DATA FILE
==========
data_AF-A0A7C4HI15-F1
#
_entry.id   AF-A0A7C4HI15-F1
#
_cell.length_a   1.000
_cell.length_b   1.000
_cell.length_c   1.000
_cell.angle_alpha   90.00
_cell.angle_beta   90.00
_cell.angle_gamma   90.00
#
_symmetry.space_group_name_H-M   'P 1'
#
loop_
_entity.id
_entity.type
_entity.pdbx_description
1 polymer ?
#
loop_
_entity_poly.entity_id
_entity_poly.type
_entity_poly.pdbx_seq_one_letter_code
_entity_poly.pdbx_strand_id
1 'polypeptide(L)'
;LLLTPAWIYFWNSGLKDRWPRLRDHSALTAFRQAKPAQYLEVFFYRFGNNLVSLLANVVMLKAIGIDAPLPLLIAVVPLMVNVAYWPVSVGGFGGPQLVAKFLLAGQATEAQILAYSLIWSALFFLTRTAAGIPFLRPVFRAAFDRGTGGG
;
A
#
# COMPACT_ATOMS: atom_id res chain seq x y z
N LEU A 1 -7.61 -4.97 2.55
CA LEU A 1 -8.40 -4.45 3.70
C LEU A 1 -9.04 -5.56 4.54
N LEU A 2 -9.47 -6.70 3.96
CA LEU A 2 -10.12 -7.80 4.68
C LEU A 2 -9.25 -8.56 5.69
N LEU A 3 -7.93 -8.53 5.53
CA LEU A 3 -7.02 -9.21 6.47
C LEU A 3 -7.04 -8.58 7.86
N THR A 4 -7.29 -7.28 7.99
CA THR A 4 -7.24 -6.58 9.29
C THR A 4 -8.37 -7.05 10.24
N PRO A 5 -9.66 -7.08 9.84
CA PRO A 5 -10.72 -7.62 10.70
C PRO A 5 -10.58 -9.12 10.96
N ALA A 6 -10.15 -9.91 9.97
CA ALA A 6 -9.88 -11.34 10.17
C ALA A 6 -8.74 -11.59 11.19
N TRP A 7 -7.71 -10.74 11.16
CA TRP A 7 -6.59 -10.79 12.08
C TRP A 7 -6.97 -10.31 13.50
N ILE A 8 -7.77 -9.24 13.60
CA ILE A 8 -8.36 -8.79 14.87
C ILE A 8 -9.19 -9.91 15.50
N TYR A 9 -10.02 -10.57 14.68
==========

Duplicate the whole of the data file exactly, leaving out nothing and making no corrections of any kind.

data_AF-A0A7C4HI15-F1
#
_entry.id   AF-A0A7C4HI15-F1
#
_cell.length_a   1.000
_cell.length_b   1.000
_cell.length_c   1.000
_cell.angle_alpha   90.00
_cell.angle_beta   90.00
_cell.angle_gamma   90.00
#
_symmetry.space_group_name_H-M   'P 1'
#
loop_
_entity.id
_entity.type
_entity.pdbx_description
1 polymer ?
#
loop_
_entity_poly.entity_id
_entity_poly.type
_entity_poly.pdbx_seq_one_letter_code
_entity_poly.pdbx_strand_id
1 'polypeptide(L)'
;LLLTPAWIYFWNSGLKDRWPRLRDHSALTAFRQAKPAQYLEVFFYRFGNNLVSLLANVVMLKAIGIDAPLPLLIAVVPLMVNVAYWPVSVGGFGGPQLVAKFLLAGQATEAQILAYSLIWSALFFLTRTAAGIPFLRPVFRAAFDRGTGGG
;
A
#
# COMPACT_ATOMS: atom_id res chain seq x y z
N LEU A 1 -7.61 -4.97 2.55
CA LEU A 1 -8.40 -4.45 3.70
C LEU A 1 -9.04 -5.56 4.54
N LEU A 2 -9.47 -6.70 3.96
CA LEU A 2 -10.12 -7.80 4.68
C LEU A 2 -9.25 -8.56 5.69
N LEU A 3 -7.93 -8.53 5.53
CA LEU A 3 -7.02 -9.21 6.47
C LEU A 3 -7.04 -8.58 7.86
N THR A 4 -7.29 -7.28 7.99
CA THR A 4 -7.24 -6.58 9.29
C THR A 4 -8.37 -7.05 10.24
N PRO A 5 -9.66 -7.08 9.84
CA PRO A 5 -10.72 -7.62 10.70
C PRO A 5 -10.58 -9.12 10.96
N ALA A 6 -10.15 -9.91 9.97
CA ALA A 6 -9.88 -11.34 10.17
C ALA A 6 -8.74 -11.59 11.19
N TRP A 7 -7.71 -10.74 11.16
CA TRP A 7 -6.59 -10.79 12.08
C TRP A 7 -6.97 -10.31 13.50
N ILE A 8 -7.77 -9.24 13.60
CA ILE A 8 -8.36 -8.79 14.87
C ILE A 8 -9.19 -9.91 15.50
N TYR A 9 -10.02 -10.57 14.68